# Finding Laurent series representation of rational function

I have a question regarding an exercise that is concerned with a Laurent series expansion. This is my solution for a):

Consider the annuli
$$A_1:=\{z \in \mathbb{C} \mid 0<|z-1|<2 \} \\ A_2:=\{z \in \mathbb{C} \mid 0<|z+2i|<2 \}.$$

We have, $$|-2i-1| =|2i+1| =\sqrt{5} >2.$$ So $$1 \notin A_2, \ -2i \notin A_1$$.

Consider $$f(z) =\frac{5}{z^2+(2i-1)z-2i} =\frac{5}{(z+2i)(z-1)}$$ and $$f_1: A_1 \to \mathbb{C}, \ g(z)=\frac{5}{z+2i}=(z-1) f(z) \\ f_2: A_2 \to \mathbb{C}, \ h(z)=\frac{5}{z-1}=(z+2i) f(z).$$

By the above discussion, $$g$$ and $$h$$ are holomorphic on their respective domains as they have no singularities. By the Laurent series theorem we obtain the representations $$f_1(z)=\sum_{n=-\infty}^{\infty} a^{(1)}_n (z-1)^n$$ $$f_2(z)=\sum_{n=-\infty}^{\infty} a^{(2)}_n (z+2i)^n,$$ where $$a^{(1)}_n =\frac{1}{2 \pi i} \int_{|z-1|=\rho_1} \frac{f_1(z)}{(z-1)^{n+1}}$$ $$a^{(2)}_n =\frac{1}{2 \pi i} \int_{|z+2i|=\rho_2} \frac{f_2(z)}{(z+2i)^{n+1}},$$ with $$0<\rho_i<2, \ i=1,2$$. From this we obtain the representations $$f(z) =\frac{f_1(z)}{z-1} =\sum_{n=-\infty}^{\infty} a^{(1)}_n (z-1)^{n-1}$$

$$f(z) =\frac{f_2(z)}{z+2i} =\sum_{n=-\infty}^{\infty} a^{(2)}_n (z+2i)^{n-1}.$$

on $$A_1,A_2$$ respectively. Using the substitution $$k=n-1$$ we obtain

$$f(z)=\sum_{k=-\infty}^{\infty} a^{(1)}_{k+1} (z-1)^k$$

$$f(z) =\sum_{k=-\infty}^{\infty} a^{(2)}_{k+1} (z+2i)^k.$$

By defining $$a_k:=a^{(1)}_{k+1}, b_k:=a^{(2)}_{k+1}$$, we obtain the Laurent Series for $$f$$ around $$1$$ and $$-2i$$. q.e.d.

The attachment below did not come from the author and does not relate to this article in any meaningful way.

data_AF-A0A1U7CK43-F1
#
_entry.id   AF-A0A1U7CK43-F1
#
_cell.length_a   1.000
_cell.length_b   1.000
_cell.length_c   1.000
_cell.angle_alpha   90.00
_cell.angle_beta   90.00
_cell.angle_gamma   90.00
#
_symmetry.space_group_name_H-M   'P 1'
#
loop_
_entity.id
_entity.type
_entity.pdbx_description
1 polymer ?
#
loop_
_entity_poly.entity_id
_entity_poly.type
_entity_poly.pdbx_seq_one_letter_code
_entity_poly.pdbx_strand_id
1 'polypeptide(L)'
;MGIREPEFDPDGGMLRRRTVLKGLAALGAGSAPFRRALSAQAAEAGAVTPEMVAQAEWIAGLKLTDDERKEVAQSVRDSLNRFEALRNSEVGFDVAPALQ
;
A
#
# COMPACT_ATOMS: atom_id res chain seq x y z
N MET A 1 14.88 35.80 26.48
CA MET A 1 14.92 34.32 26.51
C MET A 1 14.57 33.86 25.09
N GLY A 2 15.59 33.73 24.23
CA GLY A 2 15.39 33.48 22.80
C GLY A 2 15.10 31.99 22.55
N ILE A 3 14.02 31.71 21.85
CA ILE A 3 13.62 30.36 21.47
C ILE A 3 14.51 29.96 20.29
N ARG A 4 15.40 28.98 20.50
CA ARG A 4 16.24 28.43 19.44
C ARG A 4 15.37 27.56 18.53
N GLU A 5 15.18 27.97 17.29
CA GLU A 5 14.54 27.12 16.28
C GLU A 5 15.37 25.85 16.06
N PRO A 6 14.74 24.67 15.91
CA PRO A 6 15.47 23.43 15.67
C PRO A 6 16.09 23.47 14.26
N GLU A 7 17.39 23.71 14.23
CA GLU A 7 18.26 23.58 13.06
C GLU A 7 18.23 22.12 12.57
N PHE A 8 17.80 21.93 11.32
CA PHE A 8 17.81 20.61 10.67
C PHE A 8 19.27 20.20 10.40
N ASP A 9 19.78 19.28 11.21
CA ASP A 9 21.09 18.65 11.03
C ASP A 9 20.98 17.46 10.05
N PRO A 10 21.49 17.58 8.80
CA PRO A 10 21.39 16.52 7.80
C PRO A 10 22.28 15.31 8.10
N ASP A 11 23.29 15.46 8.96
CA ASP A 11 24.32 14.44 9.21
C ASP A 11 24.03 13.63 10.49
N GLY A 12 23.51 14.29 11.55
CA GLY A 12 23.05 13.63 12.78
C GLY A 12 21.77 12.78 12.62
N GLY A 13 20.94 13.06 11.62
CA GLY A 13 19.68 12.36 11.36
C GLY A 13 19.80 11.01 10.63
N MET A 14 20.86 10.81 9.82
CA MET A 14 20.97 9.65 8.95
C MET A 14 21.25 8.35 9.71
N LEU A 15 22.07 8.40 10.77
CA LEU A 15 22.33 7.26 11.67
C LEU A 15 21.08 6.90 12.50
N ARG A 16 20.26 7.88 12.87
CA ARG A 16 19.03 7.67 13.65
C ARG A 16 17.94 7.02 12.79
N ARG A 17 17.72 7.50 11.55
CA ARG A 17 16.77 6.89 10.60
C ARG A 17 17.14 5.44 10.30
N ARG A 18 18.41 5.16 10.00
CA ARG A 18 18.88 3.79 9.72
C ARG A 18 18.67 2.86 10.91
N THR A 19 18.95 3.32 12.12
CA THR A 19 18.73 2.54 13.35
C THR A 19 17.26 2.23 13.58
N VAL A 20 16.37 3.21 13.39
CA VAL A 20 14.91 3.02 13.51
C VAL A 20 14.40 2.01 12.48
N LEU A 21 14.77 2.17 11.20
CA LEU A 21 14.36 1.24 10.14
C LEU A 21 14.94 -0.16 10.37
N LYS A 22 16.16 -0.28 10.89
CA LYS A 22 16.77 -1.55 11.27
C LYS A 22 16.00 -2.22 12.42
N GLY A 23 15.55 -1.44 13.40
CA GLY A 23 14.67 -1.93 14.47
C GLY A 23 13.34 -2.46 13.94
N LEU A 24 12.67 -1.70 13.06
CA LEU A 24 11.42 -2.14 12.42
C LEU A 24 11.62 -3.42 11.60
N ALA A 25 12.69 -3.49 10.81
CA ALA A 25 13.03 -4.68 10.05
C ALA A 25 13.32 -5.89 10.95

However, I am not entirely satisfied with this. Considering the wording of b) I think I am supposed to find a more explicit formula for the Laurent Series. But how does one derive a more explicit formula in this case? The only thing I was able to observe is that $$f$$ has poles at the singularities, therefore the Laurent Series expansions should have finite principal part. But I do not see how this helps.

• Do a partial fraction decomposition. One of the summands can be expanded as a Taylor series, the other will be in Laurent series form already. Jun 10, 2021 at 16:29

You have$$f(z)=\frac{1-2 i}{z-1}-\frac{1-2 i}{z+2 i}.$$Note that, if $$|z-1|<\sqrt5$$, then\begin{align}\frac{1-2i}{z+2i}&=\frac{1-2i}{2i+1+(z-1)}\\&=\frac{1-2i}{1+2i}\cdot\frac1{1+\frac{z-1}{1+2i}}\\&=\frac{1-2i}{1+2i}\sum_{n=0}^\infty\frac{(-1)^n}{(1+2i)^n}(z-1)^n,\end{align}since $$\left|\frac{z-1}{1+2i}\right|<1$$. So, near $$1$$, the Laurent series of $$f(z)$$ is$$\frac{1-2i}{z-1}-\sum_{n=0}^\infty\frac{(1-2i)(-1)^n}{(1+2i)^{n+1}}(z-1)^n.$$In particular, $$\operatorname{res}_{z=1}\bigl(f(z)\bigr)=1-2i$$.
Also, you have, near $$-2i$$,\begin{align}\frac{1-2i}{z-1}&=\frac{1-2i}{-1-2i+z+2i}\\&=\frac{-1+2i}{1+2i}\cdot\frac1{1-\frac{z+2i}{1+2i}}\\&=(-1+2i)\sum_{n=0}^\infty\frac{(z+2i)^n}{(1+2i)^{n+1}},\end{align}and so the Laurent series of $$f(z)$$ near $$-2i$$ is$$-\frac{1-2i}{z+2i}+(-1+2i)\sum_{n=0}^\infty\frac{(z+2i)^n}{(1+2i)^{n+1}}.$$
• Is the computation of the Laurent series near $-2i$ actually correct? You seem to have a series of the form $\sum_{n=-\infty}^{\infty} a_n (z \textbf{-} 2i)^n$ which seems to be a series around $2i$. Shouldn't it be a series of the form $\sum_{n=-\infty}^{\infty} a_n (z+2i)^n$? In fact, I got $(1-2i) \sum_{n=0}^{\infty} \frac{-1}{(1+2i)^{n+1}} (z+2i)^n -\frac{1-2i}{z+2i}$ as a result. Jun 10, 2021 at 21:09